The [United Nations Development Programme](http://undp.org) (UNDP) recently opened up data on more than 6,000 development projects implemented in 177 countries around the world last year. This is a huge win for openness and transparency in international development and project funding, and marks a release of funding information totaling $5.8 billion.

With help from [Development Seed](http://developmentseed.org/), the new portal, [open.UNDP.org](http://open.undp.org), maps data on each project, showing where and how much UNDP spends on projects, and lets users export the data to run their own analysis. Given the large amount of data presented, the maps are crucial to easily exploring the data and allowing users to quickly drill down and explore the stories within the data.

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Open.UNDP.org showing all 6,000-plus projects across the globe.
  1. Exploring project data quickly

One of the key features of the portal is the ability to browse quickly through the stories within the data. Being able to slice and explore the data allows users to get a sense of regional variations, look at projects on a per-country basis, or look at who funds what type of projects.

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Exploring poverty reduction projects across the globe.

Looking at the data through different views allows users to see different stories about UNDP projects. For example, slicing the data to see just poverty reduction projects across Africa can help donors see where gaps are occurring and where people may be going hungry.

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Filtering on only poverty reduction projects across Africa.

When looking at poverty reduction projects across Africa, the story of who is funding projects and where stands out. We see that [The Global Fund to Fight Aids, Tuberculosis, and Malaria](http://www.theglobalfund.org/) is the largest source of funds for UNDP poverty reduction projects in the region, with significant funding in Zimbabwe, which has one of the highest HIV rates in the world.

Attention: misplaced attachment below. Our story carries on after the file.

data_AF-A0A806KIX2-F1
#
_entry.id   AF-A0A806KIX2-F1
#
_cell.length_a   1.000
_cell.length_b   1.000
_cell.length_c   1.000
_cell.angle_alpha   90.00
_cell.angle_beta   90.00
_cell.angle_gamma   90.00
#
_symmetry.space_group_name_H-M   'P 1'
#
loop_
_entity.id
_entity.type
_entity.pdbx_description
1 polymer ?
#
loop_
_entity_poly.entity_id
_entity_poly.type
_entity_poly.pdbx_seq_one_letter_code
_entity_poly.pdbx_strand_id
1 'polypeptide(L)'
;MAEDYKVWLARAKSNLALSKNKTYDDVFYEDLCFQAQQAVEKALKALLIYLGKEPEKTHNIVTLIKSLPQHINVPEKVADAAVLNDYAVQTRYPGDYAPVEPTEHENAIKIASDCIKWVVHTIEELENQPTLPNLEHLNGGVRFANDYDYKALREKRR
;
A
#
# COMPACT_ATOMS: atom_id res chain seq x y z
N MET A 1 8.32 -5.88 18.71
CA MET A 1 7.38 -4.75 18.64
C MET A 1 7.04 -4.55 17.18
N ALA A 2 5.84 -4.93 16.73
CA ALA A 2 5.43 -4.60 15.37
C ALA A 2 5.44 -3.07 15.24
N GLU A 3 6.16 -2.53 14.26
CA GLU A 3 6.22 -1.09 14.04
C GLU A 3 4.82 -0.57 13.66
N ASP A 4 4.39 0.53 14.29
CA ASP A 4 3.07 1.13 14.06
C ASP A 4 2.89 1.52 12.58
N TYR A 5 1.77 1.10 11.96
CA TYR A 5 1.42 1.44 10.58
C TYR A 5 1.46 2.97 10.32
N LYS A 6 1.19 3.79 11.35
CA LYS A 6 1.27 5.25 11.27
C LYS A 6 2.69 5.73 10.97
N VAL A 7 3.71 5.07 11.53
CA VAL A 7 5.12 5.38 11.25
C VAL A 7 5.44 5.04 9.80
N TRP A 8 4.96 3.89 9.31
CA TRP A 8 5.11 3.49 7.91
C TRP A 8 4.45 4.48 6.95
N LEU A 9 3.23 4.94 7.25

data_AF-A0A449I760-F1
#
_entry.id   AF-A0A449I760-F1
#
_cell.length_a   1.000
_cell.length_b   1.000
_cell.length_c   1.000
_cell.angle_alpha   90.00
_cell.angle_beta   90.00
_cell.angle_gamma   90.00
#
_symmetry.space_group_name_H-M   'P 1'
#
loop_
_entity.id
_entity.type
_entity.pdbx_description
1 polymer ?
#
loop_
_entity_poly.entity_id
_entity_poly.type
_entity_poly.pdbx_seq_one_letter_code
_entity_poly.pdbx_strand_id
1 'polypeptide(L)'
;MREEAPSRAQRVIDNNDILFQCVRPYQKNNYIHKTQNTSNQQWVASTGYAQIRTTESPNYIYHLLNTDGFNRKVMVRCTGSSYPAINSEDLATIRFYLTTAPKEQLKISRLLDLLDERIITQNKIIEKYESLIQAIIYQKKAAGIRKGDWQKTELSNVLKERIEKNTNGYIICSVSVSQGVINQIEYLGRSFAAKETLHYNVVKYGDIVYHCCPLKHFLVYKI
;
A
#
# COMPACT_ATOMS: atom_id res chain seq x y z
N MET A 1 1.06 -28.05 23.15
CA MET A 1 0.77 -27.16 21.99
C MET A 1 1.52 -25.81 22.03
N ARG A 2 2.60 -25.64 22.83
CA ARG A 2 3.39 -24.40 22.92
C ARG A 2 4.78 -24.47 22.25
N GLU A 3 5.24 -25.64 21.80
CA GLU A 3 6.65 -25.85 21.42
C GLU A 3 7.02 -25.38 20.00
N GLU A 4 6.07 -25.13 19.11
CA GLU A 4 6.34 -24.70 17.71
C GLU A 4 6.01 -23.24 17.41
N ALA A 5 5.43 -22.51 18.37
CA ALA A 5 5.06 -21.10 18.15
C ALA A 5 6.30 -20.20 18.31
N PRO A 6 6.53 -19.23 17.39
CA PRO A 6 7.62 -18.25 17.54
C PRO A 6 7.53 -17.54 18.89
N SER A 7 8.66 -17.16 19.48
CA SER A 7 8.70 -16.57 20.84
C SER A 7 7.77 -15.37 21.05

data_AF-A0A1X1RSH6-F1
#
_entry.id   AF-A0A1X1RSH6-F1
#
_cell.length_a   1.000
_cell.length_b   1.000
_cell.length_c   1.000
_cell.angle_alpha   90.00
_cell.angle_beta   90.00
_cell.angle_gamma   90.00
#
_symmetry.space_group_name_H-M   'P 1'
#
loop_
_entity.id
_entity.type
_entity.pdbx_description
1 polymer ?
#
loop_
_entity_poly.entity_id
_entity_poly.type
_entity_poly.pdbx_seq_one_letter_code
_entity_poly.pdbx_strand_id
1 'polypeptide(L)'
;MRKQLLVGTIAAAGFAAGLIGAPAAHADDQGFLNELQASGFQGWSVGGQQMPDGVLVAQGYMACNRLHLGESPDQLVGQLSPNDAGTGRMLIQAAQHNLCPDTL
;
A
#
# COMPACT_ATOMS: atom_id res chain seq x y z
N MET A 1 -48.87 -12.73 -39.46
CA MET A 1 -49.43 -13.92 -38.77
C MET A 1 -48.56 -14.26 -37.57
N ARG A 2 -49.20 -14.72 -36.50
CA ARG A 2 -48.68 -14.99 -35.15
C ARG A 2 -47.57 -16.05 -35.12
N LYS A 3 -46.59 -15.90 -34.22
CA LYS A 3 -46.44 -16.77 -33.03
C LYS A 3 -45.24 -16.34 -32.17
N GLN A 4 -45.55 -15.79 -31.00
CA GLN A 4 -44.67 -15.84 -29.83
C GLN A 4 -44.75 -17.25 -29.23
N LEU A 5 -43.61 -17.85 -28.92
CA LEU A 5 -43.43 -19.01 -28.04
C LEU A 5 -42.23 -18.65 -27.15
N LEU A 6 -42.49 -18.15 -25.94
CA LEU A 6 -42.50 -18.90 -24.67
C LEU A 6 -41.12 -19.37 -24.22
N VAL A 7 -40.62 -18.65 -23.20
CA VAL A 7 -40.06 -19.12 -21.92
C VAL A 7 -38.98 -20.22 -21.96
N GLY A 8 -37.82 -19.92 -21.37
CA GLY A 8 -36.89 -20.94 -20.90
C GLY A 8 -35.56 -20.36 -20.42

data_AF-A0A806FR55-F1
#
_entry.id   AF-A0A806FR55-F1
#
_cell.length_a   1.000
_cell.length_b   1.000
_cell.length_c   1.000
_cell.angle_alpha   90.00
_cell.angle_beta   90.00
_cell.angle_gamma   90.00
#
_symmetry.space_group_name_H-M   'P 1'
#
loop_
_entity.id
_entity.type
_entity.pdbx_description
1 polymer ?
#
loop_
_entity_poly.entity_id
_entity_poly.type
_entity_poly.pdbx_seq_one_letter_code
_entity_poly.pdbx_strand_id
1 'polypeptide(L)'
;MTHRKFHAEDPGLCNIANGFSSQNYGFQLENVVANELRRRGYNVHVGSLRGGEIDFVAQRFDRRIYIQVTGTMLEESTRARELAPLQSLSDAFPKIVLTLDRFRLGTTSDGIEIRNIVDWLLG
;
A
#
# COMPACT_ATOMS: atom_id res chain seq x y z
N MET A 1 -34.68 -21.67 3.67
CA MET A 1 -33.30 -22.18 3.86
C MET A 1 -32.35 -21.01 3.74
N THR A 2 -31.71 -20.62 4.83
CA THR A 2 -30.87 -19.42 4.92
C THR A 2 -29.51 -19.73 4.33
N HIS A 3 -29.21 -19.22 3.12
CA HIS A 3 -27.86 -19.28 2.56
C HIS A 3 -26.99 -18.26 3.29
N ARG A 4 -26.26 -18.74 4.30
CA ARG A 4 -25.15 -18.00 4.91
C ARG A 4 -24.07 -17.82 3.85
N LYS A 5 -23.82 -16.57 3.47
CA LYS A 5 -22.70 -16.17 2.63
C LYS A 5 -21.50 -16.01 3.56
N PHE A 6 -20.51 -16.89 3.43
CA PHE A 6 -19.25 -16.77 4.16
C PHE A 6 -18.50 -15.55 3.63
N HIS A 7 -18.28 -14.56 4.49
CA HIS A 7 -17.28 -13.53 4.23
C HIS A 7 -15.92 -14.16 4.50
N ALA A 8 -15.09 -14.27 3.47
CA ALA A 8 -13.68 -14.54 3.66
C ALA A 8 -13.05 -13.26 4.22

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Global Fund projects across Africa region.

Filtering on Zimbabwe, we see eight projects being implemented, and the top project is helping provide universal access to HIV treatment, prevention and care programs.

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Projects funded by the Global Fund within Zimbabwe.
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A listing view of the eight Zimbabwe projects.
  1. Sharing a slice of the data
    Another important feature of the site is the ability to directly share the view of the data that a user creates. The filter looking at poverty reduction programs in Zimbabwe funded by the Global Fund can be [linked to directly](http://open.undp.org/#filter/operating_unit-ZWE/donors-00327/region-RBA/focus_area-1), giving users the ability to continue the conversation and share data using direct URL endpoints. To share, you simply copy and paste the URL or use the embed function to create an interactive view of the data.

More information on the portal is [available from UNDP](http://www.undp.org/content/undp/en/home/presscenter/pressreleases/2012/11/29/undp-opens-data-on-over-6-000-projects-in-transparency-drive/), specifically around what opening up this data will mean for the international development space, and on the [Development Seed blog](http://developmentseed.org/blog/2012/nov/29/open-undp-launches/).

Nate Smith is a researcher and data lead at Development Seed, where he helps strategize and manage our data and mapping projects. He specializes in working with large data sets and developing unique data visualizations. He works closely with the mapping tools available from MapBox and helps transfer knowledge directly to the client. Nate brings technical knowledge of survey design, spatial data collection, and data analysis to each project.